Since the car resonant frequency is at 34 Hz, probably your first assumption is that the enclosure should be tuned at 34 Hz as well. That assumption is incorrect. If you look at the response chart of a particular speaker-box system, you will notice that the resonant frequency is lower than the point where response starts to roll-off. People consider that the resonant frequency coincides with the point where the response starts to roll off. This is not true, especially for non linear responses, which we are discussing.
So, to have the maximum magnitude at 34 Hz we need to tune the box about half an octave lower than that. 26 Hz to be exact.
Modeling the response of our box
The box will have 98 liters of net volume. I subtracted from the overall volume 3 liters for each port and 2 liters for the driver displacement. Bracing has negligible volume. You can be very strict with exact volumes, but it’s not that serious with these high output boxes. The ports are 100 mm in diameter and 400 mm in length (flared at both ends). This will give me a tuned box frequency of 32 Hz. This tuning frequency is true for QL = 7 (box losses). But I know that I like to abuse the silicone sealant, and I always get a box with low losses. Lower losses will pull down my resonant frequency and hopefully we will get around the 26 Hz mark. You can read more about box losses here. Box losses are unpredictable, but I’m feeling confident about my decision.
Above we have the modeled frequency response of the high output subwoofer enclosure. Notice the +7 dB peak.
For our project, I’m using 22 mm (7/8″) thick MDF, double baffle, 1 horizontal brace, and 2 ports 100 mm (4″) in diameter. As for volume, i didn’t go as big as my trunk allowed, because i didn’t want to have any surprises that it doesn’t fit in the boot. Pay careful attention at the height of the box. Make it somewhat shorter than the trunk height. Otherwise, when you slide the box in, you might get it stuck.
Here are some pictures with the build :
Since the baffle is mostly cut out (2 ports and 1 speaker), the structural integrity is severely affected. The double baffle is to add more strength and the horizontal brace is to reduce flex. Don’t ignore this aspect, as it’s especially important in a high output subwoofer enclosure. Make sure the back of the ports are not to close to the back wall. In my case there is a 15 cm (6″) clearance, which is more than decent.
Measuring of the box
Now that the box is finished, let’s start measuring it. After I did an impedance sweep, I could tell the resonant frequency of the box and could measure the box losses. As I predicted, the box had a low loss figure. QL = 16 (higher number means lower losses) indicates that the resonant frequency should be lower than 32 Hz.
Resonant frequency is 28 Hz, but we were aiming for 26 Hz. Let’s see the frequency response chart, and then we can make a decision if we tweak the resonant frequency or not.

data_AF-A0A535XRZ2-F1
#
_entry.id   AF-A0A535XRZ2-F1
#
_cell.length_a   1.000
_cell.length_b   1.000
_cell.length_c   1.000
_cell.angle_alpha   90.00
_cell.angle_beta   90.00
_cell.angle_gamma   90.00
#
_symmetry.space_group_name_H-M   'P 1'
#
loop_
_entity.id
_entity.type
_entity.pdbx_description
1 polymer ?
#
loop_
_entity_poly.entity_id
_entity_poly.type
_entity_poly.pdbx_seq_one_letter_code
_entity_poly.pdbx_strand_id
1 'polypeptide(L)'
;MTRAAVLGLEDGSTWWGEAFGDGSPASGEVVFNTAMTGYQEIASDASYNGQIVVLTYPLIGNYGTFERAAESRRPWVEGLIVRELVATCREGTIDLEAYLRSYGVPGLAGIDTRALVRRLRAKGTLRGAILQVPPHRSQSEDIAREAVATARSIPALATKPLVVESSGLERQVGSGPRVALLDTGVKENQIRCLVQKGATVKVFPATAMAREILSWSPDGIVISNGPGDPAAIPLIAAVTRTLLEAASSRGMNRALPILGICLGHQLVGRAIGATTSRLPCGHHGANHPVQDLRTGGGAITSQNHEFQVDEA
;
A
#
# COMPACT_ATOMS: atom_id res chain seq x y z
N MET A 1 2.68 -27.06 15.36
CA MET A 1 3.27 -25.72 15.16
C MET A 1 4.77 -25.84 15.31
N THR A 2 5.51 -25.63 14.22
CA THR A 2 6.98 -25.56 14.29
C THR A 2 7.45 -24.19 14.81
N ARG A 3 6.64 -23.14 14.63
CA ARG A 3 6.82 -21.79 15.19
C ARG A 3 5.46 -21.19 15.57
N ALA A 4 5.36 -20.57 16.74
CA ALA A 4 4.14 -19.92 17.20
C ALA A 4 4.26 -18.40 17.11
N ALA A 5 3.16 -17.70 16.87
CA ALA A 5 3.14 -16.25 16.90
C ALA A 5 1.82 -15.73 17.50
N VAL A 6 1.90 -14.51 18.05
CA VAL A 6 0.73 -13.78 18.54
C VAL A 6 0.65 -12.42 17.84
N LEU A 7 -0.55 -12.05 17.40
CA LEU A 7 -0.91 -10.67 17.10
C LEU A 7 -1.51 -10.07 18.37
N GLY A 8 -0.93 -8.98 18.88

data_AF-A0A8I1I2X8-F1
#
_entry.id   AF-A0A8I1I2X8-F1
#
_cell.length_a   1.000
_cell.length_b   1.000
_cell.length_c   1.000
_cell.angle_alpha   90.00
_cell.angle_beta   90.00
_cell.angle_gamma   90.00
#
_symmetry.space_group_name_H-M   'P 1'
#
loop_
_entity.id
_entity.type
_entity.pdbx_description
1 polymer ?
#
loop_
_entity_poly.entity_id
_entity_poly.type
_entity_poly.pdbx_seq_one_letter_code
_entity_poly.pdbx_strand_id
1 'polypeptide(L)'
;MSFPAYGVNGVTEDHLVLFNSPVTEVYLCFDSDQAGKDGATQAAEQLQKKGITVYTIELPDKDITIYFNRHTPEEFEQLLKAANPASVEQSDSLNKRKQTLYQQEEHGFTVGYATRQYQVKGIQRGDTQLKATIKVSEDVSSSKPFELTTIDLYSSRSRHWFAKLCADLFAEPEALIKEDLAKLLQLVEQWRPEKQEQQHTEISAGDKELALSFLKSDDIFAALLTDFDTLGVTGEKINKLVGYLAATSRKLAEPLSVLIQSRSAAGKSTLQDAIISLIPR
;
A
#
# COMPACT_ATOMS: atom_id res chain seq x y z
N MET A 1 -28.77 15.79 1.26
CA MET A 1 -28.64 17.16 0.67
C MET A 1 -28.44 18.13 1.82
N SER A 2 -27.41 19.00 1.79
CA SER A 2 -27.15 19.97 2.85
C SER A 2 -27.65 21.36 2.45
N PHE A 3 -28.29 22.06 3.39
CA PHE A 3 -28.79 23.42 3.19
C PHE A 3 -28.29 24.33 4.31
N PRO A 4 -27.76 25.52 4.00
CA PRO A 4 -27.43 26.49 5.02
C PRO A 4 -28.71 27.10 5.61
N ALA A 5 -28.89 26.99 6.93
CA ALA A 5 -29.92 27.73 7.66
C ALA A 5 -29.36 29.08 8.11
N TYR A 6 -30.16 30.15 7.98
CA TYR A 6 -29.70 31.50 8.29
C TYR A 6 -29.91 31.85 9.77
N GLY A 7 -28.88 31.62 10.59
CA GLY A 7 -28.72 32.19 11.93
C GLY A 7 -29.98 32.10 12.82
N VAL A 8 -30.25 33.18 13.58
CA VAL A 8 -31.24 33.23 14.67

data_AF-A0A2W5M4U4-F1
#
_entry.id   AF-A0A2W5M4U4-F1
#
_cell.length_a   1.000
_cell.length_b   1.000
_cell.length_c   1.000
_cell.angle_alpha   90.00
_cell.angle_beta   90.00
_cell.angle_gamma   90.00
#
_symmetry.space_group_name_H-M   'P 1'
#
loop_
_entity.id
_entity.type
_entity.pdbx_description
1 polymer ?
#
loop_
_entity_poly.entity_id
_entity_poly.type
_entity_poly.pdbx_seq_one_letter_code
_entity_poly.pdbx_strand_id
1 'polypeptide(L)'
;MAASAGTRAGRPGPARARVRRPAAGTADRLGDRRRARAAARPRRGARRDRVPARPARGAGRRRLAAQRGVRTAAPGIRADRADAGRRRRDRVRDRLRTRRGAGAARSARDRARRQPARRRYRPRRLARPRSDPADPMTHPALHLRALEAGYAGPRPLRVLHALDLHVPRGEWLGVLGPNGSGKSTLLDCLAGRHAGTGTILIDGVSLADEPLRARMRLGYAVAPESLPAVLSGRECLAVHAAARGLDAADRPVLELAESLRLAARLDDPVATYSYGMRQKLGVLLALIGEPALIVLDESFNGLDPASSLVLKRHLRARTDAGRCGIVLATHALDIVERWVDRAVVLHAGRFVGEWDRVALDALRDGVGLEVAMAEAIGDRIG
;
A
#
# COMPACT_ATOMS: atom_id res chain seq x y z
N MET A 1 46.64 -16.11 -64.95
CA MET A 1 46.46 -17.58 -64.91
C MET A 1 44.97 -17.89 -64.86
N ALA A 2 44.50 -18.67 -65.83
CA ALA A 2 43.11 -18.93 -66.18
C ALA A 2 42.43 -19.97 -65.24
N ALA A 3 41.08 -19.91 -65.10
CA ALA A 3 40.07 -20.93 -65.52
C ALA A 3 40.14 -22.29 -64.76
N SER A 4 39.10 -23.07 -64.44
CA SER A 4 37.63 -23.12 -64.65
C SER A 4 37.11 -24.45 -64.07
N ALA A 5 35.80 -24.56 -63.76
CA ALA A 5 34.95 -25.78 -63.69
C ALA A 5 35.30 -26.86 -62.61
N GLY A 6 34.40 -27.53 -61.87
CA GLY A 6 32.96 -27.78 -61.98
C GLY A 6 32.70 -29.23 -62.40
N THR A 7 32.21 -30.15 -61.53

Turns out that the resonant frequency of 28 Hz is spot on. We get the highest magnitude at 34 and 35 Hz. This means there is no need for additional tweaking, since 34 Hz is our goal. If you need to raise the resonant frequency, you can reduce the length of the ports by cutting them. If you need to lower the resonant frequency, remove the rear flares, add 90 degree elbow joints and continue with PVC pipe (depending how long you need to make the ports). Now let’s get to measuring the sound pressure level :
We can see an increase of 10 dB compared to the sealed enclosure. As perceived loudness it’s about twice as loud. You can clearly observe in the spectrum analyzer below the decibel rating, the peak at 34 Hz. The peak is also present for the closed enclosure, because the cabin gain is dominating at that frequency. But by matching the enclosure’s tuning frequency with the car’s cabin gain, we can get an impressive boost at that particular frequency.
The improvement in sound pressure was considerable. However, all things being equal, a bass reflex enclosure will output an additional +3 dB, because it’s a more efficient design. But, the extra +7 dB are present because we chose a non-linear design with a high peak near resonance. Also, this peak was matched with the car’s transfer function to give even more output at that frequency. Bear in mind that the sealed enclosure benefits from cabin gain as well. While the enclosure will sound loud at 34 Hz, the linearity is severely affected and it’s not recommended for someone who is interested in high fidelity audio. But we all know bass-heads are not interested in linearity and all they want is to see their car shake.
Special thanks to Accuwave for providing the sound pressure meter, which I used for obtaining the decibel readings. Dead-easy to use : stick it on your windshield, connect it to your phone, and you’re good to go. If you need one, have a look here. A must-have gadget for all of you bass-heads out there.
- Image source : link.